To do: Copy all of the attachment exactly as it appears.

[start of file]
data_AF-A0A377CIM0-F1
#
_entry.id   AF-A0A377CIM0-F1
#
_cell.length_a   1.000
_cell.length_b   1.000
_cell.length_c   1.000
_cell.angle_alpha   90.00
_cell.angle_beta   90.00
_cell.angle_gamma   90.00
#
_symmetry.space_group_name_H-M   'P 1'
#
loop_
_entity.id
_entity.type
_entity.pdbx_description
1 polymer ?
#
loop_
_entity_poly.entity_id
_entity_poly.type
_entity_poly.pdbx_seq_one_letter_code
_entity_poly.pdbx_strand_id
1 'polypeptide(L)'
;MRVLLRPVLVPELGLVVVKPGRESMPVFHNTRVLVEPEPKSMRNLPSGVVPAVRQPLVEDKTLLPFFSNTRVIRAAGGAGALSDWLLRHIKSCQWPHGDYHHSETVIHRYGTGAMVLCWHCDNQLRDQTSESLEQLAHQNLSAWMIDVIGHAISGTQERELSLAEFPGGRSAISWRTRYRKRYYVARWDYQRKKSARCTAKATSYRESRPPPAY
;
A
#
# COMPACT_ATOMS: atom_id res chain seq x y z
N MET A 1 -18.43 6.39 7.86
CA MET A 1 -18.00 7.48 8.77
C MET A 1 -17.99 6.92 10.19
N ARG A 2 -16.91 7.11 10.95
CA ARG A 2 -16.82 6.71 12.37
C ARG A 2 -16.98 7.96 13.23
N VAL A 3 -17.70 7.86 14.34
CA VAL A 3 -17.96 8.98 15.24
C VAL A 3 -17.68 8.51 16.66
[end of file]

data_AF-A0A377CIM0-F1
#
_entry.id   AF-A0A377CIM0-F1
#
_cell.length_a   1.000
_cell.length_b   1.000
_cell.length_c   1.000
_cell.angle_alpha   90.00
_cell.angle_beta   90.00
_cell.angle_gamma   90.00
#
_symmetry.space_group_name_H-M   'P 1'
#
loop_
_entity.id
_entity.type
_entity.pdbx_description
1 polymer ?
#
loop_
_entity_poly.entity_id
_entity_poly.type
_entity_poly.pdbx_seq_one_letter_code
_entity_poly.pdbx_strand_id
1 'polypeptide(L)'
;MRVLLRPVLVPELGLVVVKPGRESMPVFHNTRVLVEPEPKSMRNLPSGVVPAVRQPLVEDKTLLPFFSNTRVIRAAGGAGALSDWLLRHIKSCQWPHGDYHHSETVIHRYGTGAMVLCWHCDNQLRDQTSESLEQLAHQNLSAWMIDVIGHAISGTQERELSLAEFPGGRSAISWRTRYRKRYYVARWDYQRKKSARCTAKATSYRESRPPPAY
;
A
#
# COMPACT_ATOMS: atom_id res chain seq x y z
N MET A 1 -18.43 6.39 7.86
CA MET A 1 -18.00 7.48 8.77
C MET A 1 -17.99 6.92 10.19
N ARG A 2 -16.91 7.11 10.95
CA ARG A 2 -16.82 6.71 12.37
C ARG A 2 -16.98 7.96 13.23
N VAL A 3 -17.70 7.86 14.34
CA VAL A 3 -17.96 8.98 15.24
C VAL A 3 -17.68 8.51 16.66